After scoring a dramatic win over the Houston Texans this past weekend, the New England Patriots will look to improve to 3-1 this Sunday as they host the Carolina Panthers at Gillette Stadium.
Here’s a quick rundown of what to expect from the Panthers:
— The Panthers’ offense has been far from explosive this season. They’ve managed just three total touchdowns through three games despite playing two of the worst defenses in the NFL (the San Francisco 49ers in Week 1 and the New Orleans Saints in Week 3).
Their passing attack has been particularly punchless, as Carolina ranks in the bottom six in the league in both passing yards (29th) and completion percentage (27th).
— The Patriots struggled to corral Deshaun Watson in Sunday’s win over the Houston Texans, so they also should have a tough time defending Panthers dual-threat quarterback Cam Newton, right?
That line of thinking makes sense, but Newton has not looked like a top-flight QB this season. He tossed three interceptions Sunday in a 34-16 loss to the previously winless Saints — his four picks this season are tied for second-most in the league — and he’s averaging just 3.3 yards per carry when he tucks the ball and runs.
Newton never has averaged fewer than 4.0 yards per carry any of his NFL seasons, and he picked up 5 or more yards per rush in each of his first four pro campaigns (2011 to 2014).
— Injuries elsewhere in the Panthers’ offense haven’t helped matters. Second-team All-Pro tight end Greg Olsen is on injured reserve after breaking his foot in Week 2, and No. 1 receiver Kelvin Benjamin hurt his knee against the Saints, though an MRI revealed no structural damage.
— First-round draft pick Christian McCaffrey hasn’t done much on the ground yet (25 carries for 73 yards over his first three NFL games), but he had a breakout game as a pass-catcher Sunday, finishing with nine receptions for 101 yards against the Saints.
Anything done against the miserable New Orleans defense has to be taken with a grain of salt, but the Patriots have been nearly as bad as the Saints at covering running backs out of the backfield this season. Their 253 receiving yards allowed to opposing backs ranks second-to-last in the NFL, ahead of only New Orleans (290).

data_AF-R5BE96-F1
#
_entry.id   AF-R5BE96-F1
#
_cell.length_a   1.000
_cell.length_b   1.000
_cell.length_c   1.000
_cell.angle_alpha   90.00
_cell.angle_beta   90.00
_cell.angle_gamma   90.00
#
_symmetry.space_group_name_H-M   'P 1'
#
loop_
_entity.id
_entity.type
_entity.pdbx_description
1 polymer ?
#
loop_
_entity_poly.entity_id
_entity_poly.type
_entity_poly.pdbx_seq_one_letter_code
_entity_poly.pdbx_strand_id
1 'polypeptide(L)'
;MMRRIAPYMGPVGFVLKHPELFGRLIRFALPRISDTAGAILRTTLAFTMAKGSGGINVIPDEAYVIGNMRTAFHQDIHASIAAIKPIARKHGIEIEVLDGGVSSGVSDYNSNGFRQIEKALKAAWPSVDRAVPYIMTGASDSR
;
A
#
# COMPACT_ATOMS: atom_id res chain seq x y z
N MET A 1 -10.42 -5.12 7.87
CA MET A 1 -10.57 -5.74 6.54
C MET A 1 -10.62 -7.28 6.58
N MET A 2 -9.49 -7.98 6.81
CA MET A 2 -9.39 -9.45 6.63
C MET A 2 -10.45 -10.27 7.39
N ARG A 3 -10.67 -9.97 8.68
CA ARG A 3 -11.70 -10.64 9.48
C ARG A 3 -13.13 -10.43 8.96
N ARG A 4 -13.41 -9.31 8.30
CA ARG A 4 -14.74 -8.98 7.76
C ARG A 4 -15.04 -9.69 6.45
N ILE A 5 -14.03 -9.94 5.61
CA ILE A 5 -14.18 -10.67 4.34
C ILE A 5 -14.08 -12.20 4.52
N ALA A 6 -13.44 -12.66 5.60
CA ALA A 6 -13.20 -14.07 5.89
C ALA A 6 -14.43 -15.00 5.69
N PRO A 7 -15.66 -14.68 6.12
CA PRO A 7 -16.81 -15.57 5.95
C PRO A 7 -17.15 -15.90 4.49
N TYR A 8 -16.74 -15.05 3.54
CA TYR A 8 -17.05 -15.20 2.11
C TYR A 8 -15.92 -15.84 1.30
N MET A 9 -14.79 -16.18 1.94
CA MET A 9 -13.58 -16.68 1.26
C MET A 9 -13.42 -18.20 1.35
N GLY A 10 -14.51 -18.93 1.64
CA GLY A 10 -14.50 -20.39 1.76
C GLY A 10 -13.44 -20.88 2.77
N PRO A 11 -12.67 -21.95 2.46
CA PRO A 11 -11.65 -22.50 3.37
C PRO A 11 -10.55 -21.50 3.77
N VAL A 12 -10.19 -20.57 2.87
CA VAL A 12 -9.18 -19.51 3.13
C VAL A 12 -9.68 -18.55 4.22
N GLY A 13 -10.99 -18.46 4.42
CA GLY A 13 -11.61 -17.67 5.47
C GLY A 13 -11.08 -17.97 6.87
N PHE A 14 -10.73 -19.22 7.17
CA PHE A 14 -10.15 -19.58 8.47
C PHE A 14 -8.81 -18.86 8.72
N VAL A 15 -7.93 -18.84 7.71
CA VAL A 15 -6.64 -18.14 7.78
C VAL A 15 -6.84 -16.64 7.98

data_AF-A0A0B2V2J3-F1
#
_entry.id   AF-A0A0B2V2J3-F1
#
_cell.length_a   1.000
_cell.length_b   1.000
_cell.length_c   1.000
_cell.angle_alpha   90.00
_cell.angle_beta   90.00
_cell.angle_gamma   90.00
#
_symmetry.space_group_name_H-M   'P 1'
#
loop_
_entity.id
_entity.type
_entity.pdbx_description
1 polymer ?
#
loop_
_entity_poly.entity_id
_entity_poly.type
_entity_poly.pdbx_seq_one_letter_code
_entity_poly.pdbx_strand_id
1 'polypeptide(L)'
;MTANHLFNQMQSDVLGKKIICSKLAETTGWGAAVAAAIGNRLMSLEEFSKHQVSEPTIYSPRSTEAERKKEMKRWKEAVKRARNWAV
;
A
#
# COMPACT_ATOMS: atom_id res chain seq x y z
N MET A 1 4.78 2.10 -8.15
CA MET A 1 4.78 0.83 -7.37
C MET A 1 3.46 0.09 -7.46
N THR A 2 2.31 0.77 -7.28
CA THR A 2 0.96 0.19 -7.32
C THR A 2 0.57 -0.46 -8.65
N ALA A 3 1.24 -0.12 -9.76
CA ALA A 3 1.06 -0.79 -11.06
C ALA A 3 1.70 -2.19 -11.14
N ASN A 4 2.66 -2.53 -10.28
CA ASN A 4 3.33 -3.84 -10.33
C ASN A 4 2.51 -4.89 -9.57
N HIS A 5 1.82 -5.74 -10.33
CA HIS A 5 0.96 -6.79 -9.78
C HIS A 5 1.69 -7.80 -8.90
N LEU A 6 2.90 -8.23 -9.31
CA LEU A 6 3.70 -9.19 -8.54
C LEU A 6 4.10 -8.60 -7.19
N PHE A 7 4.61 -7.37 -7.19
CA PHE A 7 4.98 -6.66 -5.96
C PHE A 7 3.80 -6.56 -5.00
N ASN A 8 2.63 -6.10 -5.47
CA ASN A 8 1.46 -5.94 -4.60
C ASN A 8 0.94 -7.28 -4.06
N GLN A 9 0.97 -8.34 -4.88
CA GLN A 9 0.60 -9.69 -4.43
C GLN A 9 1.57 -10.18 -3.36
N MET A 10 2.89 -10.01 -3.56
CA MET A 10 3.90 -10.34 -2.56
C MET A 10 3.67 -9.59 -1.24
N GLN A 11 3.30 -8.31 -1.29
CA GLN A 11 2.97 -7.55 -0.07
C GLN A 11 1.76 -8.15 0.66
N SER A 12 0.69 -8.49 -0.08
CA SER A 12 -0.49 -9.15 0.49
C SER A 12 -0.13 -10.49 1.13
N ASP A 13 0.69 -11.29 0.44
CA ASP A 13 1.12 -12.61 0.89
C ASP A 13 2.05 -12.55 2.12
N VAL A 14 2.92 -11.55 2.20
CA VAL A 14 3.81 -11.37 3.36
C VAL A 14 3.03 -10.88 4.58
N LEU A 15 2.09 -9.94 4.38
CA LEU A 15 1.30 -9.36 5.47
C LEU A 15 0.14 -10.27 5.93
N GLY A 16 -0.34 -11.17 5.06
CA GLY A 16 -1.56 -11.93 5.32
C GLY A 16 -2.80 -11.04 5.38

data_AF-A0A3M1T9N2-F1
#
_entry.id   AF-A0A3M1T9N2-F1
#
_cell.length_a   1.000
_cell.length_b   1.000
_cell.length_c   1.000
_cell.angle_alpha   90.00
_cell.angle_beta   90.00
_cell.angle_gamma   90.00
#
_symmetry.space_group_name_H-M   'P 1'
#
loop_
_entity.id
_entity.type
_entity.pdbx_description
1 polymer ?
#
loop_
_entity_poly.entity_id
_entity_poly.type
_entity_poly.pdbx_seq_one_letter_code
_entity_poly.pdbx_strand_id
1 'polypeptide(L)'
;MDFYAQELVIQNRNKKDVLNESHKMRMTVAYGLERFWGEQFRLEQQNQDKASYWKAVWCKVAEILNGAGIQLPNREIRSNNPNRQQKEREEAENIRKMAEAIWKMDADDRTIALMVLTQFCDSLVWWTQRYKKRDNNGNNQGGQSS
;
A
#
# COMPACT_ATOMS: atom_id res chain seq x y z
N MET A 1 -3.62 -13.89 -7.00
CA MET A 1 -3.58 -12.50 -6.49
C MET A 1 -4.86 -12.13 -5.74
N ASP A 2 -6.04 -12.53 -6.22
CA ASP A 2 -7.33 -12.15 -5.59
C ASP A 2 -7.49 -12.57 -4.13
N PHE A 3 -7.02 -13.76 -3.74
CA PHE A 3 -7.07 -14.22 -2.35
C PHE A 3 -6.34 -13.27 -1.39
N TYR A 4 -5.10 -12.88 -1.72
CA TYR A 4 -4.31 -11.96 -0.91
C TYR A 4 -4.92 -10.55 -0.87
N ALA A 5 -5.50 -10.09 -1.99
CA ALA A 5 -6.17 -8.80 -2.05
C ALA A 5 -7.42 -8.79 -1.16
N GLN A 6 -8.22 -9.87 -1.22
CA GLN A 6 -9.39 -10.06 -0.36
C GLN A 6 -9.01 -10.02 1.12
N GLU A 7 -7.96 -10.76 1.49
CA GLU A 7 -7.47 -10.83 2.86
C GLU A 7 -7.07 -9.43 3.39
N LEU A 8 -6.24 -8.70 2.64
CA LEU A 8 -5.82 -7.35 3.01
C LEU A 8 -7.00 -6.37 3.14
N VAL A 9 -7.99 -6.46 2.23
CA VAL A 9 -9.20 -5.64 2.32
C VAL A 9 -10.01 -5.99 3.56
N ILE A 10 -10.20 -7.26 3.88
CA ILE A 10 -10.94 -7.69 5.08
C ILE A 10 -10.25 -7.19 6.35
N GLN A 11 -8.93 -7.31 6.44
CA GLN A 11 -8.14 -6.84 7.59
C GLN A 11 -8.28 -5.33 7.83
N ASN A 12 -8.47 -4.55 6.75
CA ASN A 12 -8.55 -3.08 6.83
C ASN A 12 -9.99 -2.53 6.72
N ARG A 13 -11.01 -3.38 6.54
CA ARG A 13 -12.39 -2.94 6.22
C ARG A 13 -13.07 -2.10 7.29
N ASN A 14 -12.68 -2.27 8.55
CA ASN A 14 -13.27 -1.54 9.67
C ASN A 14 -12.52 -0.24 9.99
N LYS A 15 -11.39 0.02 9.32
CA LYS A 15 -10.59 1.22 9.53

Moral of the story: You probably want to start McCaffrey in fantasy this week.
Veteran Jonathan Stewart has been Carolina’s top rushing threat this season, leading the team with 162 yards on 45 carries.
— After surrendering two field goals and nothing more over its first two games, Carolina’s defense was gashed for 34 points and four touchdowns in Sunday’s loss to New Orleans. Still, they’re ranked second in the NFL in both points and yards allowed.
— The strength of the Panthers’ D is their linebacking corps, which boasts arguably Carolina’s best player, Luke Kuechly.
Kuechly, a four-time Pro Bowler and three-time All-Pro, now is fully healthy after a serious concussion cost him the final six games of last season. Through the first three weeks of this season, he’s tallied 12 tackles, two pass breakups, one interception and one forced fumble.
Patriots offensive coordinator Josh McDaniels raved about the Boston College product Tuesday in a conference call.
“He’s an exceptional player,” McDaniels said. “The first thing I’d say is that I’m not sure we’ll play against a better field general, a guy that has command over what they’re doing on defense and obviously is well prepared. You can tell. It jumps out on the film that he’s done his homework. He works extremely hard to be prepared for each opponent that they play.”
McDaniels went on to call Kuechly “probably the best pass game linebacker that we play.”
In Carolina’s 4-3 base defense, Kuechly is flanked by 34-year-old Thomas Davis — who left last week’s game with a rib injury but later returned — and 2015 first-round draft pick Shaq Thompson, a former Boston Red Sox minor leaguer.
— Carolina’s defensive line is a veteran unit featuring Charles Johnson (31 years old) and Mario Addison (30) on the ends and Star Lotulelei (27) and Kawann Short (28) inside. Ageless wonder Julius Peppers (37) also has played 50 percent of defensive snaps this season as a rotational D-end.
The Panthers’ front seven struggled against the run Sunday, letting up 149 rushing yards to the Saints’ trio of backs after allowing 120 total yards on the ground over the first two.
— The Panthers have fared well against the pass this season despite employing a secondary devoid of marquee names. Second-year pros James Bradberry and Daryl Worley start at the cornerback spots, with veterans Mike Adams and Kurt Coleman back at safety.
That unit has allowed the third-fewest passing yards in the NFL this season and fourth-fewest yards per pass attempt.
Thumbnail photo via Jeremy Brevard/USA TODAY Sports Images
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